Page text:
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Wednesday, October 20, 2021

Camping at Goodman, But Checking Out Bear Lake


On Tuesday morning,  we had glorious sunshine streaming into the bedroom windows when we opened up the mini blinds. I like being parked right in the woods close up to the trees. With all of the big windows, it's like letting the outside in.

Steve took care of perking up a pot of coffee and brought a couple donuts back to bed. We shared some donut with Binney, and enjoyed a soft quiet morning of sunshine surrounding us with autumn leaves and green pine trees.

We turned on some music and it was a very nice relaxing way to start the day. I use a little battery operated mp3 player with these tiny speakers. The whole thing runs off one AA battery and doesn't drain any of the motorhome power reserves.  Rosie Dupuy, do you recognize that little braided mat underneath the wooden carrier? 

We pulled out the paper map and GPS. Further down the road to the west, about 13 miles, on an ALL GRAVEL road that is, there is another campground. It is called Bear Lake. It is a National Forest Campground. That means if we went there, we could camp for half price with our Senior Access America the Beautiful Pass. 

We wanted to do some future research for next time. We decided to take a drive over to check out Bear Lake. Hopping in the Saturn, we took the short distance on the gravel road for 13 miles. We are not intending to drive our motorhome on this gravel.

The campground is beautiful and we took the time to write down and circle every site that our rig can fit on... and add stars to the most special sites that we think are the most beautiful.

There's about four or five of the sites that we can pull into nose first, facing the lake with the most beautiful view, but only if we enter the campground from a backwards direction on the loop. We might plan to come up here next week, if the weather cooperates. 

If we wanted to get there now, to get from Goodman Park over to Bear Lake by taking paved roads it would take us 46 miles around, versus the 13 miles straight across on the gravel.

We came back to our campsite to an absolutely beautiful day. We made a late breakfast / early lunch. I cooked up some of my french toast with cinnamon and vanilla in the batter. Steve did up some thick sliced bacon and we really enjoyed our morning.

We took a little walk around the campground, seeing a lot of little red squirrels scampering all over with acorns, working furiously to store them for winter.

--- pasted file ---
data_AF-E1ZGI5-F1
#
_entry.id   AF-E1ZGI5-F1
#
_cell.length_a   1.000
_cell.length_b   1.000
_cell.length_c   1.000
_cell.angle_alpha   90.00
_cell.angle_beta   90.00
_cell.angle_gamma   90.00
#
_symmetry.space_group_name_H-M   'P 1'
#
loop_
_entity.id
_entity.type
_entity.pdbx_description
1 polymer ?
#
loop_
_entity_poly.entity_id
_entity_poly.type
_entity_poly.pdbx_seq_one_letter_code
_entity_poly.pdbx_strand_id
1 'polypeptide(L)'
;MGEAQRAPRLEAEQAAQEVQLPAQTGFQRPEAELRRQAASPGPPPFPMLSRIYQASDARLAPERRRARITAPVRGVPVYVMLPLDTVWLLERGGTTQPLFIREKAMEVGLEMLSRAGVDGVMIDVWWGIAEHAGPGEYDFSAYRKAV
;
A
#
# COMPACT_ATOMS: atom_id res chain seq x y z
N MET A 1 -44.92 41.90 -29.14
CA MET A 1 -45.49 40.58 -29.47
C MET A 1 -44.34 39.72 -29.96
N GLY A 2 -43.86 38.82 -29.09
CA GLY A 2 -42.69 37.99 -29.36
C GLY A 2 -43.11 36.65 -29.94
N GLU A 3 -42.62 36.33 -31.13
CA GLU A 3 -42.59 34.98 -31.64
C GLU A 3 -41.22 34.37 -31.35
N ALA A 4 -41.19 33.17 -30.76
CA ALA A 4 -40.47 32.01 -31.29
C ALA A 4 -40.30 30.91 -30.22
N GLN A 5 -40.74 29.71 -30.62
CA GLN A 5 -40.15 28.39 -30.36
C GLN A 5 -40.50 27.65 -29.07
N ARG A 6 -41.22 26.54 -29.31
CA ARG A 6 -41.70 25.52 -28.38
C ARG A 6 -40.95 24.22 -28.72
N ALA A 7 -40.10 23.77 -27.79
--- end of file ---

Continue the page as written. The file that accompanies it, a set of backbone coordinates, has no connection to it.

Part of the campground is located in an old overgrown pine tree forest plantation. Some of these very large pines are planted in row after row. When you look up it makes a definite path to the sky. I wasn't sure which way to take a photo of it. This way?

Or this way? 

There is only one other tent here now that is attached to the back of an SUV. The other couple from Porterfield left to head back home. They gave us their business card before they left. They are both book authors. We will look them up and see about maybe placing an order in the future.

The temps are up in the seventies and it's absolutely beautiful for an October day. I heated up a mug of apple cider with mulling spices in it.

Every now and then a little breeze comes along and dislodges some of the leaves overhead. They come floating down, almost like a fairy tale or a snow globe. We have soft music playing and it's so relaxing.

We did walk again down by the river, and scope out what it looks like alongside the campsites on the rest of the loop here at Goodman Park. It's quite a ways down to the water from the campsites on a pretty steep slope. Not sure if I would want to camp in these sites if I have small children.

I am debating between taking out some knitting, taking out some sewing, or just taking a nap! I set the camera up on timer to take this shot of both of us with the motorhome.

Sadly, we looked up the weather reports for tomorrow. It is a 90% chance of rain in this area all day and into the night and the next day, ugh.  We think tonight, before bed, we will stow away any of our outside gear. That way in the morning, if the rain has started, we can just lift our hydraulic jacks, remove our blocks, and take off.  We will utilize the nice dumpstation here if it's not pouring rain!

Steve decided to start putting things away. One less thing to do later.

We would love to stay for a few more days--- or work our way over to that Bear Lake national forest campground, but I don't think the weather is going to permit that. We are looking at 2 full days of rain, and then 2 more days of VERY cold temps in the 20's at night.

I think we will head on home for a few days, regroup and refill for next week. We may help the kids at the cabin with some more drywall....  or head to a funeral in the Upper Peninsula of Michigan this upcoming Saturday for a long time camping friend who has passed away.

Life is too short. That in itself inspires us to get out and go camping more. 

 You never know when your time is up.

Wednesday morning was gloomy and dark. The weatherman said there's up to an inch of rain coming later today, then more tomorrow. We perked up some coffee and then hit the road back home.

Since there wasn't anybody at the dump station, Steve took the time to give our tanks a good rinse and everything is dumped out free and clear. That way, in case we don't go camping again, it's done for the winter.

We found the paved road heading south and east from the campground, just like that other couple told us. We followed it all the way down to Silver Cliff and we knew the rest of our way home. Although it was bumpy, it sure was pretty! 

The photo below is a bit out of focus because of a bump .... but this is the type of road we found to head back home.

It sure was a lot nicer than the gravel road going in on Monday!

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